Wednesday, May 21, 2014

YES YOU CAN. On fixing a twist.

Technical note:  I understand the videos below don't work if you're using an iPad to view this page. You'll need to be on another type of computer. Limitation of Blogger and how it posts videos. Sorry!

I read a blog post this morning about working in the round. It was written to be an introduction to working on circular needles, and an encouragement for those who are struggling with it.

I love working in the round myself. Less purling! Faster! Hats! Socks! Cowls!

Although it's overall helpful, the writer says something that I fundamentally disagree with: that a twisted round is unfixable. This is a common belief: that if you join with a twist, it's a catastrophic, unfixable mistake.

Quite the opposite. It's entirely fixable. And so easy to fix that I've actually stopped checking for the twist before I join. Frankly, if I'm casting on many stitches onto a long circular, or coping with the porcupine that is a set of DPNs, I focus my energy on holding the needles in a way that's comfortable, and getting a good join.

Once I've worked my first round, I then check for a twist and fix it.

A round with a twist: no need for panic.
Yes, that's right. I fix the twist.

There is a 'but', and it's a reasonably big one: you can only fix the twist in the first round. After that, it's set. But that's ok - just get into the habit of checking for a twist after the first round is complete, and you're good.

Cast on, join your round as normal, and work all the way around.

Once you hit the start of the round, lie the work down and check for a twist.

If it isn't twisted, move on smugly.

If there is, just fix it! The video below shows you how.  In words: fix it by swinging the point of one of the needles through the middle of the round.

video

What you're actually doing is transferring the twist to the cast on edge. This is why you can't do it later on in your work, as the twist will be visible in the fabric. But a twist in the cast-on edge isn't visible.

Yes, this also works on a circular needle or magic loop. It's a slightly different way of looking at it, but what you're doing is just moving the twist along the needle until you hit the tip, and then "run" the twist off.

video

And then, either way, move on smugly.

You're welcome. ;-)

17 comments:

tumpedduck.com said...

To what address should I send the award for winning the internet for today? This is absolutely awesome.

I don't know that I can quit checking for twist, but now I won't be quite as stressed out about it.

Anonymous said...

Thank you for the great tip. I usually don't have a problem joining in the round but now I can fret a little less.

mike and chenoa said...

Mind blown. Joining long cast-ons in the round is so stressful--not any more.

Beth Aalberts said...

I think I have done that before a long time ago when I was very new to socks and I didn't care I just went on ahead, because I didn't know what I had done.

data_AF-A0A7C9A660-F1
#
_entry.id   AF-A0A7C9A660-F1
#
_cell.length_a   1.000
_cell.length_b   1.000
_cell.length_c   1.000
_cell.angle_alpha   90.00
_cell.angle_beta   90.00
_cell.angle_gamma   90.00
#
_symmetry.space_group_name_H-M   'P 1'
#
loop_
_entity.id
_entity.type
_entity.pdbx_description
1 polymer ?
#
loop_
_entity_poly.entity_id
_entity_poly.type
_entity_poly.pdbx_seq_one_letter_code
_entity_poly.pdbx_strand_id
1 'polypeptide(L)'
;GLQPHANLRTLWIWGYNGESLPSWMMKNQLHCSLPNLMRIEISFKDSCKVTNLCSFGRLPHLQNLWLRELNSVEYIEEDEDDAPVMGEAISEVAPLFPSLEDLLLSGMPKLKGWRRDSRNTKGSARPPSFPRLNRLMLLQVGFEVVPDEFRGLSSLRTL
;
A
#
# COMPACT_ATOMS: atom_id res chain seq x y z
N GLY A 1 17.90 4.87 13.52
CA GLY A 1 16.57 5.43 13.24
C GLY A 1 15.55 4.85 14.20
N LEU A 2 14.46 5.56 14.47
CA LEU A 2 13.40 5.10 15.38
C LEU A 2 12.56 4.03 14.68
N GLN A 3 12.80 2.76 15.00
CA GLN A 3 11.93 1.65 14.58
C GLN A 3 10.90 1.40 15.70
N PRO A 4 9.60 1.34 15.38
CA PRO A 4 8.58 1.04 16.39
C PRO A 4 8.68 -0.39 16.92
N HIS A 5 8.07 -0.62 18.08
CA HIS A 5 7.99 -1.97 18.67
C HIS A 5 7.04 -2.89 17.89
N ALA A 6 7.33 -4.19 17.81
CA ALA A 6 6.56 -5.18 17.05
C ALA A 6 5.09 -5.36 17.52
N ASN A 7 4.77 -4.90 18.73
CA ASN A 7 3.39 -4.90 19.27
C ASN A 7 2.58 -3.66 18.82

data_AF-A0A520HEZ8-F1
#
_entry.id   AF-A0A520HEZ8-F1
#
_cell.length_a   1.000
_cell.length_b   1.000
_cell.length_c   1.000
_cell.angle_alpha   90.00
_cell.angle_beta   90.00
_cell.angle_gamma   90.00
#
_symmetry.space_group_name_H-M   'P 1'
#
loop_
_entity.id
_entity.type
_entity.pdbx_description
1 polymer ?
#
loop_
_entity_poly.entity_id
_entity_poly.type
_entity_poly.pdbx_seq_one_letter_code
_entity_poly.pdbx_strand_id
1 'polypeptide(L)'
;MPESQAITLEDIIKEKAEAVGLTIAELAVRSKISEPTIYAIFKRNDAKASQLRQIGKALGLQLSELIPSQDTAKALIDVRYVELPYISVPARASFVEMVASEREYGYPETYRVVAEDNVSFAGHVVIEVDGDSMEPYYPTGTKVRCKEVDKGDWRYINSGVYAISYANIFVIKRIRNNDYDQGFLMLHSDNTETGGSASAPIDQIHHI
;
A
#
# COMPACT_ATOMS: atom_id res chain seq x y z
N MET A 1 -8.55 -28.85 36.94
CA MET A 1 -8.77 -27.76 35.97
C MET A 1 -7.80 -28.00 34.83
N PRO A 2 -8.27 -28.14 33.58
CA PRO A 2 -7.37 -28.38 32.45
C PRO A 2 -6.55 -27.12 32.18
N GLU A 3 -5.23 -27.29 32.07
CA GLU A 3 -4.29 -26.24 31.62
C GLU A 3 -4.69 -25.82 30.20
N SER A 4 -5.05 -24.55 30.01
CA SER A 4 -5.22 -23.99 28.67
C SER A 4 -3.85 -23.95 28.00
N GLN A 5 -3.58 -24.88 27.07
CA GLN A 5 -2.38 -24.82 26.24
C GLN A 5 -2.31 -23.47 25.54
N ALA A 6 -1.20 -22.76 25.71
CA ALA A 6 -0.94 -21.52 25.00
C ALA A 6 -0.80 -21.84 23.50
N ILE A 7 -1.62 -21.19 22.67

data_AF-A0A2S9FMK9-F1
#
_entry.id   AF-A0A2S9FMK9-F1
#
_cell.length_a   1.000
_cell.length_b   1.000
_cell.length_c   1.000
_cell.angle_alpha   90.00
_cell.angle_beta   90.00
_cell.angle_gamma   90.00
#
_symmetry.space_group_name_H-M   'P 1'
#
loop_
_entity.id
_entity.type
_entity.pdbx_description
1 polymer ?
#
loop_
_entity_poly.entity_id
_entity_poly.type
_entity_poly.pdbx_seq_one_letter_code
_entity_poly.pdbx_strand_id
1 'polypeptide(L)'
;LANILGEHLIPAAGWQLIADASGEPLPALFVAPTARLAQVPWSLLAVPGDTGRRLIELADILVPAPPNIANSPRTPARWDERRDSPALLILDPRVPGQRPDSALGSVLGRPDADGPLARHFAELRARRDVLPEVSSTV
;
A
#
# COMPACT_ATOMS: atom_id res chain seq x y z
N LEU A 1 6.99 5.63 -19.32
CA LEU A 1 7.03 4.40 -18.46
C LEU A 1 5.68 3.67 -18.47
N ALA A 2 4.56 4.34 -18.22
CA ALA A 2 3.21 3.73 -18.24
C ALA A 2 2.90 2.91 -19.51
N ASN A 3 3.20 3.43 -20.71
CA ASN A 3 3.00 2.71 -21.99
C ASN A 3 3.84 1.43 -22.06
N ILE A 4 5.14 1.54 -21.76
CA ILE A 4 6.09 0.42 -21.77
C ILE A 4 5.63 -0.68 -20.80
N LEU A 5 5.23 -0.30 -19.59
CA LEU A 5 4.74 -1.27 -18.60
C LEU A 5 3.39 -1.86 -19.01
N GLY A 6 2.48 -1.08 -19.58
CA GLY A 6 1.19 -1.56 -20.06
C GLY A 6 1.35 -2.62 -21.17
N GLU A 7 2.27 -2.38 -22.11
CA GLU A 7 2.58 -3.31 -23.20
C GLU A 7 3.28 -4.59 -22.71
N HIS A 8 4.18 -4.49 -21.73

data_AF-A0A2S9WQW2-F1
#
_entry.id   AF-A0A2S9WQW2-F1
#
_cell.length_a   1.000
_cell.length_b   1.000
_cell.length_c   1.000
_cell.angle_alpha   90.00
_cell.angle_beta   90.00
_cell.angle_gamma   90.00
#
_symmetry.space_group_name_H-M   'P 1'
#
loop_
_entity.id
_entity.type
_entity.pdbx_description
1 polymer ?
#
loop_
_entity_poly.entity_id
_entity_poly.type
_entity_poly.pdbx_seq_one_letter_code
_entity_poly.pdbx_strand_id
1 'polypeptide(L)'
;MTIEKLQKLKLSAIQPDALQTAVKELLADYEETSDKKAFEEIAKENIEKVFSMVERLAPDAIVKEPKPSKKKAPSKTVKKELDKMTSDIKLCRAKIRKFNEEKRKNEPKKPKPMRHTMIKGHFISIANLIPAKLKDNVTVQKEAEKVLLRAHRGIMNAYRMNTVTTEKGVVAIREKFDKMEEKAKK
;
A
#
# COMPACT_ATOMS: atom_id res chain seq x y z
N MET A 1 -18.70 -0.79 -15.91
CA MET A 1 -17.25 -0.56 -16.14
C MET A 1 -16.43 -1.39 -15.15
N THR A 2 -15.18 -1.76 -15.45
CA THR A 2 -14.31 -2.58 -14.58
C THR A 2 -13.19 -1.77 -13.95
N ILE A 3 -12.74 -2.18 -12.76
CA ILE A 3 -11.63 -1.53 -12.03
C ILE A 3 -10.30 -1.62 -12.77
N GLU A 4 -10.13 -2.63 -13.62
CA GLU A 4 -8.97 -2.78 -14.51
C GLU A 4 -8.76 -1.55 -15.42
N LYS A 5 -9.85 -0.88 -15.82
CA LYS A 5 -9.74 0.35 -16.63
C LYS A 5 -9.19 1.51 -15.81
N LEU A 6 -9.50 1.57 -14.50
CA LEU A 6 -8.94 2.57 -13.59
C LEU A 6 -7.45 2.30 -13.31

Erin said...

Well that just blew my mind. Seriously – how have I not known about this before? I think I need to go lie down...

Maxine said...

This is the best thing I've ever heard in the area of knitting. You must be a genius!!!!! Such a simple and easy solution to a nightmare of a problem for knitters.
P.S. Saw you this morning on Knitting Daily on my PBS channel. Great tips on socks. Thanks for all you do for the knitting world.

yarnladee said...

While I will probably always check for a twist this incredibly awesome technique will give me so much more confidence when knitting in the round. Thank you just seems too simplistic a phrase to express. Is there a knitting Nobel prize?

Robin said...

WOW! I'm excited that someone with vision could figure this out and was willing to share with us. Thank you, thank you, thank you!

Sarah E. White said...

I did actually know this, but I was talking about when you don't notice it for an inch or so, as shown in the picture on that article. In which case there is no way to fix it. Thanks for sharing this, though!

Robin Lisek said...

This is so exciting as twists have always been a problem for me, especially when making hats. I think I have to get something started and try this out right now.

Jenn C. said...

It's also good to note that it is possible to introduce a twist into the knitting in the first round (since all you're doing is adding a twist to the single strand of yarn holding the piece together at that point), so it's also a good idea to do a quick check for twist before heading into round 2.

Virginia Smith said...

I've done this many times, and you're right, it's totally invisible!

Anonymous said...

I can't see the video! Was it removed for some reason? There is just white space : (

edenne said...

Love, love, love this! Thank you.

Eliza 422 said...

I didn't realize I was already doing that - I do magic loop, and I always sort of straighten it all out when I finish the first round of knitting. I usually don't have a twist, but sometimes I have worked my round like you showed.
Now I know what I'm really doing. Cool!

Christine Richards said...

wow! all the instructions for socks make it sound like a twist when casting on and joining are the kiss of death. i've never managed to twist because i've been so careful about it, now i see i DON'T have to be so careful, that it's a totally recoverable mistake if caught right away. thank's SO much for sharing this incredibly simple technique!

Judy said...

A friend just sent me a link to this post - how wonderful!! I've had this problem more times than I care to admit….and now you've solved it! Thank you so much……and you posted it on my birthday! I think yours was the best gift this year!

xxoo